The world has adapted to a new way of life in 2020. In just a year, people have become veterans of lock-downs, quarantining, and finding new ways to keep businesses and life moving. Supply chains have also been affected, as workers stay home to stay safe.
Covid-19’s first major disruption began in January 2020. With the disease originating in Wuhan, China, the country began to shut down in response to the virus; a critical link in the global technology chain was broken. China is a massive global supplier, and a large part of the world’s technology ecosystem.
Engineers have taken this unique problem as an opportunity to explore different ways of working with the technology available, rather than being constrained by the conventional ‘part-cost’ model of the past. These changes were already in place before Covid-19, but the virus has certainly sped it up.
The engineering community has, therefore, become increasingly creative and inspired with the resources available, such as an orthopaedics business 3D printing a ‘digital twin’ of a raw cast part they could not yet obtain for a composite item they needed. This allowed them to have a test version of the raw cast part they needed and meant that they could ensure the full manufacturing process was ready for when the actual part arrived.
Aside from this, manufacturers have also struggled to obtain specific materials and alloys necessary in producing certain goods. This has meant that alternatives and additives had to be sourced in order to keep production up and running, as well as avoiding delays.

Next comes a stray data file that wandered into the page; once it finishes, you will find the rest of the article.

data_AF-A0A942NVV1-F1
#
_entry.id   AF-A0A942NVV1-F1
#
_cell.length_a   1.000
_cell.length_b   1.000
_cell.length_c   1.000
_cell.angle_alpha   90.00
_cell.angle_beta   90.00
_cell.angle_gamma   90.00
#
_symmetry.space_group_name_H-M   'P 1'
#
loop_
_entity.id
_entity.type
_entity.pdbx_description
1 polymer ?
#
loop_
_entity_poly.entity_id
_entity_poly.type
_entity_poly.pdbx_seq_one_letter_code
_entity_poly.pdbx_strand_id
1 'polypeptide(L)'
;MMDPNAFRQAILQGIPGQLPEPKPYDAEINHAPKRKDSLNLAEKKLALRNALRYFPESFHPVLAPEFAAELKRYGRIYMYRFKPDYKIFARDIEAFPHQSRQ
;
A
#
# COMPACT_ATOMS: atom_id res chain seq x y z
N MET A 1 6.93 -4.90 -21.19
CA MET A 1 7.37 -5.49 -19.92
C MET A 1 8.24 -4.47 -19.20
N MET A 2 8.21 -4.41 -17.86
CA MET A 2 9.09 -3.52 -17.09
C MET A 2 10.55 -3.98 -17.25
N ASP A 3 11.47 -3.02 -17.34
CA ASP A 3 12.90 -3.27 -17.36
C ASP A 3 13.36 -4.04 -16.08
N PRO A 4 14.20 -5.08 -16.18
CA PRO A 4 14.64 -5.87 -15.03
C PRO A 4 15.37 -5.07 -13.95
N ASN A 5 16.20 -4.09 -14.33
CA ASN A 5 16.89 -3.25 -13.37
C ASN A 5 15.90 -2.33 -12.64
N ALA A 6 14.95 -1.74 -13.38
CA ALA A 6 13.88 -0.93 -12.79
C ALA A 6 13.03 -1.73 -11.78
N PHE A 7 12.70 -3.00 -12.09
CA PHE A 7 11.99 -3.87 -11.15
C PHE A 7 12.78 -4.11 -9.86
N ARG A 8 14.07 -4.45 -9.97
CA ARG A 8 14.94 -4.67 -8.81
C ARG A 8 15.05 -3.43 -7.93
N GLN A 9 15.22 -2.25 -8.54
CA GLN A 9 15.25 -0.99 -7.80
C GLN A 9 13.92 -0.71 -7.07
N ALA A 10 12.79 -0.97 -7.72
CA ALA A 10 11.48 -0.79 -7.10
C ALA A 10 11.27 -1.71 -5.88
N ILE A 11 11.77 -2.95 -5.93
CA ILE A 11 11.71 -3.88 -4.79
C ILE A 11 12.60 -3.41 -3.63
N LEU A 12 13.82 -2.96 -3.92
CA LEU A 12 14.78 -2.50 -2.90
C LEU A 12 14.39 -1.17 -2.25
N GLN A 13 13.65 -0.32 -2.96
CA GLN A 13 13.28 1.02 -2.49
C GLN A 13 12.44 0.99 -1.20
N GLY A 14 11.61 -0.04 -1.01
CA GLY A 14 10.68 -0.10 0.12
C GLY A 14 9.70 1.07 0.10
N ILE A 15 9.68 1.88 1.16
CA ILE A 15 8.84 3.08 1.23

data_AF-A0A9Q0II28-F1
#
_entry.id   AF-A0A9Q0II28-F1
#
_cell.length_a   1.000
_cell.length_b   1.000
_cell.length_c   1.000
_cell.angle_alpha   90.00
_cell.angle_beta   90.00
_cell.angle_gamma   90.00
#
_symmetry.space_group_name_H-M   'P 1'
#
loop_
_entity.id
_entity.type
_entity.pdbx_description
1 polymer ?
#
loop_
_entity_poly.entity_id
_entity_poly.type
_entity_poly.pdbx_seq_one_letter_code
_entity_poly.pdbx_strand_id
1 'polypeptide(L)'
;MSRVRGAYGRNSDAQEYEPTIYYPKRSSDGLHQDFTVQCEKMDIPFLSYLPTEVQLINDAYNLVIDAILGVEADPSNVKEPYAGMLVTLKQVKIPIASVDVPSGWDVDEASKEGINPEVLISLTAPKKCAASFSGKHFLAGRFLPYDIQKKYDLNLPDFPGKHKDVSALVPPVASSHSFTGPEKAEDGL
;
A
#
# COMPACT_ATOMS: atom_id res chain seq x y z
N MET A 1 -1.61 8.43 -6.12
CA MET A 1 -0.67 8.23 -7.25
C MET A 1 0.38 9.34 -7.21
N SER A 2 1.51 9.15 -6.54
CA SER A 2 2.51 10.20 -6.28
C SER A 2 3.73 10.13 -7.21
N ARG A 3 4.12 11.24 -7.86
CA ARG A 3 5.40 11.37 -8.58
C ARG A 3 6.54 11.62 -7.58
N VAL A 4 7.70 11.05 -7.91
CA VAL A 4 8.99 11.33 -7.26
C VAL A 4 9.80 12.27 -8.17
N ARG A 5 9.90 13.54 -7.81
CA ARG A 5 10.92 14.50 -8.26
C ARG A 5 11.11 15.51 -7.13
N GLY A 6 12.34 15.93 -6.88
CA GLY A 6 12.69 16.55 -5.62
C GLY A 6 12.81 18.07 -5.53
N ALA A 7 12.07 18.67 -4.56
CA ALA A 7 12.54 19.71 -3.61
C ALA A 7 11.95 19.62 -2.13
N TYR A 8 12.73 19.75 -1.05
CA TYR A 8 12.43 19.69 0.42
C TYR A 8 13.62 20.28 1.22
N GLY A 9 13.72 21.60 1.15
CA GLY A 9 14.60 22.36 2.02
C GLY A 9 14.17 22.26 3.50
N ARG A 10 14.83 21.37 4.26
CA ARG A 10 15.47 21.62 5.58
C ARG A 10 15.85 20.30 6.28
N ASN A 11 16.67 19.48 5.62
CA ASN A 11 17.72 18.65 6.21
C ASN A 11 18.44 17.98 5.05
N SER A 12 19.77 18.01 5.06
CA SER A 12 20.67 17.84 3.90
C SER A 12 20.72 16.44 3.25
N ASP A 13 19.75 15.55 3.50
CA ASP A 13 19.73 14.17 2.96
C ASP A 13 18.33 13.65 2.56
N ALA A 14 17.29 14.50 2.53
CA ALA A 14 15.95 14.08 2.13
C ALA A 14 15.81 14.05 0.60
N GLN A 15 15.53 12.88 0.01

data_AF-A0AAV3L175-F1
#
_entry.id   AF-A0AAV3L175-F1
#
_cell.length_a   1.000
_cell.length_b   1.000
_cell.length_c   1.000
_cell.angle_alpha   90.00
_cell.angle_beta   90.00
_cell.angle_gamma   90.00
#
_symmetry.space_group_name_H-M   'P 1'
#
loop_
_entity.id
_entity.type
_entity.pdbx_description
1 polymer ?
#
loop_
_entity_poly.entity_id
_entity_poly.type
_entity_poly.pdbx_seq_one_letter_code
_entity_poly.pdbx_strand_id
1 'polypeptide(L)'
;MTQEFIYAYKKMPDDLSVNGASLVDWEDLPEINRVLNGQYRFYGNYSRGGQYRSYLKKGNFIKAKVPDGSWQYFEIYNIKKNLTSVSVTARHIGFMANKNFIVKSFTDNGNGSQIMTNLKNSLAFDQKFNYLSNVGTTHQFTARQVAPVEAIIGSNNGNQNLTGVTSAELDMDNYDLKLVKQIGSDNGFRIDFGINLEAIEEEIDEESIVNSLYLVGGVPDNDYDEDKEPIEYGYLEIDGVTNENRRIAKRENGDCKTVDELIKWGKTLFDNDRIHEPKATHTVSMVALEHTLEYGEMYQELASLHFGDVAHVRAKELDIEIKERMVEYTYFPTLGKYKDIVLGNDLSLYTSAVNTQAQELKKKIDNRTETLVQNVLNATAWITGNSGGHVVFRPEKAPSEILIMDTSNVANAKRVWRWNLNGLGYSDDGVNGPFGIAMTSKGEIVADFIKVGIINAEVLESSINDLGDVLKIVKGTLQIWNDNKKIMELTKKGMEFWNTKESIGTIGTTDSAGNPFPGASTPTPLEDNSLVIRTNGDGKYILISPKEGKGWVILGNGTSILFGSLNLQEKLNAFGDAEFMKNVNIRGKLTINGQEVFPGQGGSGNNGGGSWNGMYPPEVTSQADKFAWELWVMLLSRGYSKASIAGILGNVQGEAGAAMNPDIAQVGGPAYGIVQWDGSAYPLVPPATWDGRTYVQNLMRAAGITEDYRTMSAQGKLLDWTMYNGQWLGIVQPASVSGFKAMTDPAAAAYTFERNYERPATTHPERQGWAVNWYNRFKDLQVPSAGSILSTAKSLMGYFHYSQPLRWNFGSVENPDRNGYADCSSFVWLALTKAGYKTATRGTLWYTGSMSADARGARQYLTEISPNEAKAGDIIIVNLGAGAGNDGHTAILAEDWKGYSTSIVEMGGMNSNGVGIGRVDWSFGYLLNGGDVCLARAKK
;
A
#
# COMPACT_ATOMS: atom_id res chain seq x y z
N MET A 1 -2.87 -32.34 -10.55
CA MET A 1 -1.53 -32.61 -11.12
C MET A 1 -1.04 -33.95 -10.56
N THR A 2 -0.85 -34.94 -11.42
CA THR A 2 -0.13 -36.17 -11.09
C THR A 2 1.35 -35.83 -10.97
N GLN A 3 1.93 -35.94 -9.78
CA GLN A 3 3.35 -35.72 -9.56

Companies using robotic, cobotic and other robotic automated handling systems discovered that adding additives to the parts that they produced would help to keep supply lines running and would therefore help to offset the Covid-related supply chain delays.
The parts, when printed with continuous carbon fibre within a tough nylon/CF base matric material. They had the same strength as the original part but were far lighter. The robotic arms also had less weight to work with and therefore line stops were reduced as the arms had increased speed and productivity.
Some engineers also take their 3D printers home during lockdown in order to continue to keep production and their hours up whilst not endangering the workers on site.
These instances highlight how engineers not only adapt, but excel when times change and they have different resources readily available to them. Necessity is the mother of invention after all, and engineers have definitely stepped up to plate.
This marks a new era for design freedom and speed, and possibly the end of the ‘part-cost’ decision process. Supply uncertainty also gives customers the incentive to inflate demand, which is an extra push for those in charge of supply to rise to the challenge of understanding and reshaping their previous methods and models.
- Source: “Comment: How COVID has accelerated additive adoption”, The Engineer, (https://www.theengineer.co.uk/engineering-freedom-additive-markforged/).
- Source: “Coronavirus and technology supply chains: How to restart and rebuild”, McKinsey and Company, (https://www.mckinsey.com/business-functions/operations/our-insights/coronavirus-and-technology-supply-chains-how-to-restart-and-rebuild#)